Students from North Carolina Homeschool Adventures, Sanford — the History Hounds of Central Carolina — were among the winners at the 2014 Tar Heel Junior Historian Association (THJHA) Annual Convention.
State and county candidates mingled outside, passed out pamphlets and put up campaign signs to spread their name and platform to the public before the forum hosted by the Council for Effective Actions and Decisions Thursday.
The town of Broadway Board of Commissioners this week unanimously voted to adopt a resolution supporting the 2014 Central Carolina Community College Bond Referendum.
Despite cold weather, cloudy skies and a sprinkling of rain, members of the inaugural class of the city of Sanford Citizens’ Academy toured the city’s municipal golf course and several parks Tuesday — expressing their enthusiasm for the new program.
When Lee County business leaders collaborate with school officials, students will be better prepared to enter the business world upon graduation. That is the logic behind the Superintendent's Advisory Council on Economic Competitiveness, which held its first meeting of the 2014-2015 school year Monday afternoon.
For decades, tobacco flourished as the South’s No. 1 cash crop. Even though the popularity of cigarettes began to dwindle in the 1960s, demand for domestically grown tobacco is still great enough to support a number of large farmers throughout the South.
A commission on Monday will begin reviewing the Common Core targets for math and the English language that North Carolina's public school students must meet.
Parents of Lee County children grades three through eight will have a new option for no-cost after-school care starting Monday with the opening of Born with a Purpose at God’s Promise Church on Main Street in Sanford.
Central Carolina Community College’s bond issues, on the November ballot, have garnered bipartisan support and two new endorsements.
The City of Sanford and Lee County Schools have partnered on a project to educate children about the impropriety of bullying to create a better quality of life for Sanford children and residents.
Students involved in the Lee County School system’s Career and Technical Education program graduate at a rate of 99.1 percent, according to the program’s director.
Aspiring musicians from Sanford to San Francisco will have the opportunity to both gain recognition and raise money for music education through a North Carolina-based online music competition.
While Lee County schools celebrate the district’s increasing graduation rates, they are also looking at ways to improve students’ scores and participation when it comes to standardized testing.
As the Lee County School system wraps up its second week of the fall semester, college and career advisers at Lee County and Southern Lee high schools made clear one thing about the Central Carolina Works program — it’s working.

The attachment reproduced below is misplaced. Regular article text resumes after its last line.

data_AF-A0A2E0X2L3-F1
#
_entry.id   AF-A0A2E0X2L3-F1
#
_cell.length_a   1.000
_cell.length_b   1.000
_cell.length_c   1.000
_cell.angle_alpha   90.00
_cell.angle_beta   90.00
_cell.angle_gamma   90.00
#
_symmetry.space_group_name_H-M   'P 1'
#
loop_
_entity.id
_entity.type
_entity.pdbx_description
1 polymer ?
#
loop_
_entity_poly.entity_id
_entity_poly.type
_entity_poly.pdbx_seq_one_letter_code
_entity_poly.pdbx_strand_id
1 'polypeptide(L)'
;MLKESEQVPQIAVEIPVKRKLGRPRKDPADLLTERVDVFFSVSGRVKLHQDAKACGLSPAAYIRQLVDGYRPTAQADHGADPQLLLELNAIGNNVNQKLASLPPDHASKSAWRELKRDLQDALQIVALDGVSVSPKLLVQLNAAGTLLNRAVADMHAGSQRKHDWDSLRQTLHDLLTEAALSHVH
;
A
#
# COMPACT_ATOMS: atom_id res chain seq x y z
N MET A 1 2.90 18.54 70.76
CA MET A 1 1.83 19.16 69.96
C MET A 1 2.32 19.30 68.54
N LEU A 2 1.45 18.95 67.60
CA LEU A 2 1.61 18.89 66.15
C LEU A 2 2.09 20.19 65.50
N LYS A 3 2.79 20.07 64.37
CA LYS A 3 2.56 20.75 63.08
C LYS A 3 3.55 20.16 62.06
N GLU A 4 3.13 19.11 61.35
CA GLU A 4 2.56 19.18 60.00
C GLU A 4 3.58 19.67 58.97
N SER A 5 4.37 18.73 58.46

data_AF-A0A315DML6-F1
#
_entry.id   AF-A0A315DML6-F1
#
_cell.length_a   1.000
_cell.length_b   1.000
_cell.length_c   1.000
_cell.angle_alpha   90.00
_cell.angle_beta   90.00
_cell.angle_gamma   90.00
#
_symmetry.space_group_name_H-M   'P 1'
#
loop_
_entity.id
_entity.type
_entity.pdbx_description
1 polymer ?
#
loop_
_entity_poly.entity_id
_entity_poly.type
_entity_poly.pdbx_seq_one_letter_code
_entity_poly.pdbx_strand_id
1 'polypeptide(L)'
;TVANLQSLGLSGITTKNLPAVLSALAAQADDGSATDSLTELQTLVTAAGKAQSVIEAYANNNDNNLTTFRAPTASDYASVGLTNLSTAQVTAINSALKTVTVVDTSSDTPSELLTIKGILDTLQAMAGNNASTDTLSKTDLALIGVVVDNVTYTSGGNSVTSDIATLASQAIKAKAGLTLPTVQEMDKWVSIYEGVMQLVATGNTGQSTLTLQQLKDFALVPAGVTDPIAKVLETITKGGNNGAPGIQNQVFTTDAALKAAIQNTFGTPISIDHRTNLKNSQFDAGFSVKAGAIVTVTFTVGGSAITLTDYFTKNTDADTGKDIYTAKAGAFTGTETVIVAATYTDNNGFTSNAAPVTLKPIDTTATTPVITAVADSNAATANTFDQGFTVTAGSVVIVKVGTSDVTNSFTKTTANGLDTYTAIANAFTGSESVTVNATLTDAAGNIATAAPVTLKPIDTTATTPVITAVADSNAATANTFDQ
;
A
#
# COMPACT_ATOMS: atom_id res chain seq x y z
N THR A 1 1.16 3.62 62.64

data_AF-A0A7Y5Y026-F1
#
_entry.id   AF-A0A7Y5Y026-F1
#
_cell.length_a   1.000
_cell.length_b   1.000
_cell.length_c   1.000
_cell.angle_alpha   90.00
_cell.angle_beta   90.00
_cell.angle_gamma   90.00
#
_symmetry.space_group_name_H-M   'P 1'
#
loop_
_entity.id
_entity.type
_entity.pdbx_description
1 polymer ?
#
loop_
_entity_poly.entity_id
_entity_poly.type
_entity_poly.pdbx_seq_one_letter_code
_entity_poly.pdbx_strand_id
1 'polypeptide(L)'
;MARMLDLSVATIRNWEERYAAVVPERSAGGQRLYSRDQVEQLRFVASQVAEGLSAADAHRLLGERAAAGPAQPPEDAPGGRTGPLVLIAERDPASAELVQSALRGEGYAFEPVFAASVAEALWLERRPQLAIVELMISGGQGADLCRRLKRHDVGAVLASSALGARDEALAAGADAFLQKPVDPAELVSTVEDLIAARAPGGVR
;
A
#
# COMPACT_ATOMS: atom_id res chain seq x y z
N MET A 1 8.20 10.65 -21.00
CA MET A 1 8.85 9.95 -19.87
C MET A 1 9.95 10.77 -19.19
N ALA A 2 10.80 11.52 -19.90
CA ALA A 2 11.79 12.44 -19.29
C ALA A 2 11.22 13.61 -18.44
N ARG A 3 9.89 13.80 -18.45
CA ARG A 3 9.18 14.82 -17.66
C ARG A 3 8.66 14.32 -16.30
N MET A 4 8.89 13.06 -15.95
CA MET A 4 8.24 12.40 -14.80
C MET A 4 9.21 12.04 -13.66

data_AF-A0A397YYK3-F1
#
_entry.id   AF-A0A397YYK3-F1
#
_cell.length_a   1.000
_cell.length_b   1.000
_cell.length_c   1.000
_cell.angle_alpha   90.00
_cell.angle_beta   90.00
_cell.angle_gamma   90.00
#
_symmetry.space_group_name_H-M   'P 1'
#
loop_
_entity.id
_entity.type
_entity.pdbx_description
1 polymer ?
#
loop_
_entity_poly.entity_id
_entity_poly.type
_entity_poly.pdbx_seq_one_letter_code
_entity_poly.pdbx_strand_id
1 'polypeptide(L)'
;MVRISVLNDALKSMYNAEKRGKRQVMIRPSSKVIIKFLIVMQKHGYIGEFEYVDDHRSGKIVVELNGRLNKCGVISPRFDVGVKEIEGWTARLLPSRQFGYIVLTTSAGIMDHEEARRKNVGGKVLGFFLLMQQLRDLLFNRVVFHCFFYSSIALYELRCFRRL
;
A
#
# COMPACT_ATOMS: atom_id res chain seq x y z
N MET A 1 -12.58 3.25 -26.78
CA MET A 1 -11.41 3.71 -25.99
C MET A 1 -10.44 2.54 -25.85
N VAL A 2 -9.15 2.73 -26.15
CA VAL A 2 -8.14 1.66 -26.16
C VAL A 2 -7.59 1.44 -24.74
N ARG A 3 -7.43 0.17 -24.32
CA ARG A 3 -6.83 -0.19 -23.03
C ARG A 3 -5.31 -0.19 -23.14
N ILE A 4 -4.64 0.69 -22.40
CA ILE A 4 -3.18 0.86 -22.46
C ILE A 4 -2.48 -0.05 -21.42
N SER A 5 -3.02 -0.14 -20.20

Supporters say the four Central Carolina Community College bond issues Lee County residents will vote upon in November, which total $23 million, will have little to no effect on taxpayers and are all important to the college’s goals.
For some people, interacting with the deputies of the Lee County Sheriff's Office means something has gone wrong, but for students in Lee County public schools, student resource officers provide advice, comfort and safety.
The Lee County Board of Education knows that students don’t stop learning once they graduate from high school.
The Sanford City Council on Tuesday tabled a resolution to support the Central Carolina Community College bond referendum that will appear on the Lee County ballot on Nov. 4.
As children get ready to put down the beach towels and pick up the backpacks, summer programs at the Lee County YMCA and the Boys and Girls Club of Sanford and Lee County are coming to an end.
Four Lee County teachers with 122 years of combined experience gathered outside the Lee County Courthouse in Sanford to voice concerns about the direction of public education in North Carolina.
Members of the Lee County Board of Education expressed concern over the loss of 22 teaching assistant positions and the rapidly increasing population of the county's elementary schools during the board's meeting Tuesday evening.
This week, we Take 5 with Dr. Andy Bryan, the superintendent of Lee County Schools, about how the state budget will impact teachers and the school system.
Reading and writing and arithmetic — can get expensive.
For Central Carolina Community College dental programs students, their work is all about a happy smile and better health, especially when they are providing volunteer community service.
Wood kiln firing may have gone out of style in pottery, but three former Lee County High School students and their teacher recently got to experience it live.
The General Assembly finally passed a budget Friday, deciding on pay raises of varying amounts for all teachers, as well as bonuses for other school employees.